For the past couple of years, I’ve been reading menus and recipes that feature ramps prominently. Never having seen them before, I figured they were a type of mushroom, not unlike a morel.
I was wrong.
Ramps are actually a member of the lily family and are closely related to onions. They look like a flowery scallion, taste like a leek, and take little effort to prepare. After a thorough cleaning, trim the little hairy end from the bulb, toss any of overly tough leaves and you are done. For this recipe, you use both the white and green parts of the ramp.
So, why are ramps so difficult to find? First, most people do not know how to use them. They are most widely found in the wild through the Appalachian mountains. In addition to being a largely regional food, they grow only during the spring months. Last, because they are mainly a wild vegetable, there are concerns about sustainability and overharvesting. So, don’t look for them anytime soon at your local Wegmans. I found them at the Central New York Regional Market recently and the staff at that particular farm’s table said that they may only be around for another week.
If you see them, grab a bunch.
WHAT WORKED: The ramps have a delicate and subtle flavor, not unlike the leek. In fact, ramps are also referred to as wild leeks. They are not nearly as fussy to clean and prep as a leek, though not as hardy.
WHAT DIDN’T: Good luck finding carnaroli rice. Arborio is fine here.
WHAT DID THE WIFE SAY: She told me it was good three different times. I guess that’s something.
WILL IT MAKE ANOTHER APPEARANCE: This recipe? Probably next spring when ramps return. Ramps themselves? I hope Heller’s Farms is back next week with more.
Wild Ramp Lemon Risotto
Inspited by Timothy Wastell of DOC restaurant for TheKitchen
- 32 oz. vegetable stock
- 3 tbsp. unsalted butter, divided
- 1 bunch of ramps, cleaned thoroughly and sliced, with the white and green parts divided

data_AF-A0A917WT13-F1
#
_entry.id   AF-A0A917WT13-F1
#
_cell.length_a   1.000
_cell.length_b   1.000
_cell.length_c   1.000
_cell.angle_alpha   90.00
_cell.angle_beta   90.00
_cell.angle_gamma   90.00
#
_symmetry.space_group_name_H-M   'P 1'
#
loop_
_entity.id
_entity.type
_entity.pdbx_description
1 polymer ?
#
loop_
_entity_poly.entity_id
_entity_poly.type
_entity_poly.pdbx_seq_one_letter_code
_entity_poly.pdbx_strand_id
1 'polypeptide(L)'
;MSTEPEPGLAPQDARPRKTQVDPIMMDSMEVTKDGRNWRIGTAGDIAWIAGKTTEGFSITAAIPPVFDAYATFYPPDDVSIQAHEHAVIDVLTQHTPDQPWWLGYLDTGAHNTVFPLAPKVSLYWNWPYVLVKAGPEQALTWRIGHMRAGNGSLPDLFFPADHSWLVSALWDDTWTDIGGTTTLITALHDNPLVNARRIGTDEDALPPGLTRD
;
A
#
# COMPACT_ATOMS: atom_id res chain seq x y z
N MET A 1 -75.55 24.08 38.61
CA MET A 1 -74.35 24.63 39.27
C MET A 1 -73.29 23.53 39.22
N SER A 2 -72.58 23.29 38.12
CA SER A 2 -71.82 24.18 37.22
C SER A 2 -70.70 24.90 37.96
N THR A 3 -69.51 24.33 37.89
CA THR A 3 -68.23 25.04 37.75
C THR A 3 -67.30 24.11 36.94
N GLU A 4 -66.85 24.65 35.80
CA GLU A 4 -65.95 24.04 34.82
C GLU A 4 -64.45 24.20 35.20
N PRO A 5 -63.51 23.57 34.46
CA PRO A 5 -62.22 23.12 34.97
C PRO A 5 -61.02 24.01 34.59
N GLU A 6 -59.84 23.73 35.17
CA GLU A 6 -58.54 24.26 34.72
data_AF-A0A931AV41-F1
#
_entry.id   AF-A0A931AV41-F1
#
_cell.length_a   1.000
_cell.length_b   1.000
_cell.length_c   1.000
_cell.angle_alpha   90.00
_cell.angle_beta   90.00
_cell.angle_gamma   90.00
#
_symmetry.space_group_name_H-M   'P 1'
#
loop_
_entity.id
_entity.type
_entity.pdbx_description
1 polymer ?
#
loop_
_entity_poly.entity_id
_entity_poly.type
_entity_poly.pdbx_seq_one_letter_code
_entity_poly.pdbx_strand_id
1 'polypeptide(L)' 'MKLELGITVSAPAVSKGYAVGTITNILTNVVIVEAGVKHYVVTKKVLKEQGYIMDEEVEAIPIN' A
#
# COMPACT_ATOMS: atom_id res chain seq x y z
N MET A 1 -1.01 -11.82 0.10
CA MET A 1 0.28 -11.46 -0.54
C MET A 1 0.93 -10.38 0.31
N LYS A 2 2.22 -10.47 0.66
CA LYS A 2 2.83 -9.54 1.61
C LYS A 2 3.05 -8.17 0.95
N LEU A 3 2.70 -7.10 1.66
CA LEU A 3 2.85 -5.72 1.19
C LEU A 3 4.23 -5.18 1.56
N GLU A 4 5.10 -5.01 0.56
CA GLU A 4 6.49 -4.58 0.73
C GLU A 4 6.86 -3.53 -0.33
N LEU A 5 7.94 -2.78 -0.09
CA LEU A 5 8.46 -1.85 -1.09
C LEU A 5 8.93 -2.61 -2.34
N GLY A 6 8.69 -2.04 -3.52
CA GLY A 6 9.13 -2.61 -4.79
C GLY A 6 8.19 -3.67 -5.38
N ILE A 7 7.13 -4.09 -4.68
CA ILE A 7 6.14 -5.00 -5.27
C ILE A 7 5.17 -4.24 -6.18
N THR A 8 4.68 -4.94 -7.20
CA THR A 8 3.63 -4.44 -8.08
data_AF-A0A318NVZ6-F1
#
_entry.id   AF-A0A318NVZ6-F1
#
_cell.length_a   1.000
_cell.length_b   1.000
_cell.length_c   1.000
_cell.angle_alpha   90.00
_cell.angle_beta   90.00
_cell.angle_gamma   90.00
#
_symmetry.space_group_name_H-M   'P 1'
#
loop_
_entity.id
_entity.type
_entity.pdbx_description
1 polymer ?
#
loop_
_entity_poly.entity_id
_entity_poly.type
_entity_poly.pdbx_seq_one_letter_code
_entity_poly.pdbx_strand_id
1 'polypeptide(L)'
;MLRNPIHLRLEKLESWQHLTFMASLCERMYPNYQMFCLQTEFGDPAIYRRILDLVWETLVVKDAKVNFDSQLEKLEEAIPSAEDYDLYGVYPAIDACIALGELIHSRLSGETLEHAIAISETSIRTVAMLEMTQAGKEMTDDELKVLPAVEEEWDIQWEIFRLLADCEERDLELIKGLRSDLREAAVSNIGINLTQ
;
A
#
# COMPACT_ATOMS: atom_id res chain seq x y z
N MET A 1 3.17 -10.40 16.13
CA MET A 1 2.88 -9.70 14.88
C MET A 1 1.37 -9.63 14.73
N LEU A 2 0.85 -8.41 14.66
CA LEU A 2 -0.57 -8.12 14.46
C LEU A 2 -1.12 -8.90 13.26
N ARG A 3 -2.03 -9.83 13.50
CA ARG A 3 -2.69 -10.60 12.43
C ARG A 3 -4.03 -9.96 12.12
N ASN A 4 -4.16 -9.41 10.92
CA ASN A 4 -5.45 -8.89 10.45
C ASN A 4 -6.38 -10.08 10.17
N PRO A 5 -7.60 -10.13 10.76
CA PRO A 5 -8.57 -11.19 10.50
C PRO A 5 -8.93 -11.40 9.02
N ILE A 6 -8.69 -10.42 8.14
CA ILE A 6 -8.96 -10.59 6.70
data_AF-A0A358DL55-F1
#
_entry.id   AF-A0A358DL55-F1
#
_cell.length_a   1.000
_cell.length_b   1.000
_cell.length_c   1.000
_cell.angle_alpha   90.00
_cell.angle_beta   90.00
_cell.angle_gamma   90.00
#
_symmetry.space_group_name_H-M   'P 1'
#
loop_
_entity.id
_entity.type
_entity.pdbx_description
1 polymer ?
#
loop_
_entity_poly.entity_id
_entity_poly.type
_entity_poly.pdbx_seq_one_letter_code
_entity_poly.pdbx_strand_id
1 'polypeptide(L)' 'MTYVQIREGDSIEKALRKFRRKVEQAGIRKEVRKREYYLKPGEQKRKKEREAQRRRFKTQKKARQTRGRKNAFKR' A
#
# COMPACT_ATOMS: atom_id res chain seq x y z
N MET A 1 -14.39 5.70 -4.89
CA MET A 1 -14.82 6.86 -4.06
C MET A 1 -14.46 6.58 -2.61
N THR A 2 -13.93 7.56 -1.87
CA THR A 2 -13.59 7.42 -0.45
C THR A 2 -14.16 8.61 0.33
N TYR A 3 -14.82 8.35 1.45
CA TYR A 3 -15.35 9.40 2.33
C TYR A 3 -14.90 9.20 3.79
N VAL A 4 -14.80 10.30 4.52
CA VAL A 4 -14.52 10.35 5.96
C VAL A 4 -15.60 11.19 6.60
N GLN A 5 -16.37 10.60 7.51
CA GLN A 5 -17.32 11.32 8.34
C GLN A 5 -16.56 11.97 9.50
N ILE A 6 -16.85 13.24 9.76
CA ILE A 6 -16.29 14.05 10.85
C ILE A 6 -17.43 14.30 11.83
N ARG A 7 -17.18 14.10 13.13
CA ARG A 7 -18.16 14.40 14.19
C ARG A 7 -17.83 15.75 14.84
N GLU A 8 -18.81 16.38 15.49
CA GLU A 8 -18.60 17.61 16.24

- 1 cup arborio rice
- 1/4 cup dry white wine
- Juice and zest of 1 lemon
- Parmigiano-Reggiano rind (optional)
- Grated Parmigiano-Reggiano
- Kosher salt and fresh ground black pepper
Heat broth in a small saucepan to a simmer over medium heat and keep warm on the stove. In a Dutch oven, heat 1 tbsp. of butter over medium heat and add the white parts of the ramps. Render the ramps translucent, but do not let them get to the point of browning. This should take about 2 minutes.
Increase heat to between medium and medium-high and add the rice. Stir to coat the grains in the butter and let the rice toast on the burner until most of the rice goes from opaque to translucent. Drizzle the white wine over the top and let it evaporate. Season with salt and pepper, and ladle in enough broth to just cover the rice. Stir and simmer to let the rice absorb the stock. Continue adding liquid, ladle by ladle, until all of the broth is absorbed by rice. If you have a Parmigiano-Reggiano rind available, add one to the pot and let steep while cooking. At most, the ladling process should take 15 minutes. The rice should be like al dente pasta, cooked but firm when chewed.
Cook for an additional 1 to 2 minutes, then stir in the lemon zest and juice, and butter. Add the green parts of the ramps and stir in. Adjust the flavors with salt and pepper and serve with grated Parmigiano-Reggiano. Serve at once.